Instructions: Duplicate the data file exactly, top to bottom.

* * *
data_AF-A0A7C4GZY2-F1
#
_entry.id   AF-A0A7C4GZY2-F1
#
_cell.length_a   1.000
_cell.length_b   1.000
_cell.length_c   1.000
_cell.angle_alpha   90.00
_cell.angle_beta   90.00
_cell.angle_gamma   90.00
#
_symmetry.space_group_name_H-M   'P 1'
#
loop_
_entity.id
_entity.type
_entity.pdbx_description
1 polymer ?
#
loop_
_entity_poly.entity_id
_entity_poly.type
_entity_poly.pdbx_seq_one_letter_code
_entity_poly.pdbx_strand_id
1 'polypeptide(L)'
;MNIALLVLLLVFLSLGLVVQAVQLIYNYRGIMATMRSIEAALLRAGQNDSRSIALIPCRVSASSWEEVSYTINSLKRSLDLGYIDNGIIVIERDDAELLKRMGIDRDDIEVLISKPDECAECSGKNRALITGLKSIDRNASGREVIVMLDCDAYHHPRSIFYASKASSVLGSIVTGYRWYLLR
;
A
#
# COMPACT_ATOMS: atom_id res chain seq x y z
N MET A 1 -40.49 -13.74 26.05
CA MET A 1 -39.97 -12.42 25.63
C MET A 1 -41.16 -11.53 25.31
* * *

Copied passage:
data_AF-A0A7C4GZY2-F1
#
_entry.id   AF-A0A7C4GZY2-F1
#
_cell.length_a   1.000
_cell.length_b   1.000
_cell.length_c   1.000
_cell.angle_alpha   90.00
_cell.angle_beta   90.00
_cell.angle_gamma   90.00
#
_symmetry.space_group_name_H-M   'P 1'
#
loop_
_entity.id
_entity.type
_entity.pdbx_description
1 polymer ?
#
loop_
_entity_poly.entity_id
_entity_poly.type
_entity_poly.pdbx_seq_one_letter_code
_entity_poly.pdbx_strand_id
1 'polypeptide(L)'
;MNIALLVLLLVFLSLGLVVQAVQLIYNYRGIMATMRSIEAALLRAGQNDSRSIALIPCRVSASSWEEVSYTINSLKRSLDLGYIDNGIIVIERDDAELLKRMGIDRDDIEVLISKPDECAECSGKNRALITGLKSIDRNASGREVIVMLDCDAYHHPRSIFYASKASSVLGSIVTGYRWYLLR
;
A
#
# COMPACT_ATOMS: atom_id res chain seq x y z
N MET A 1 -40.49 -13.74 26.05
CA MET A 1 -39.97 -12.42 25.63
C MET A 1 -41.16 -11.53 25.31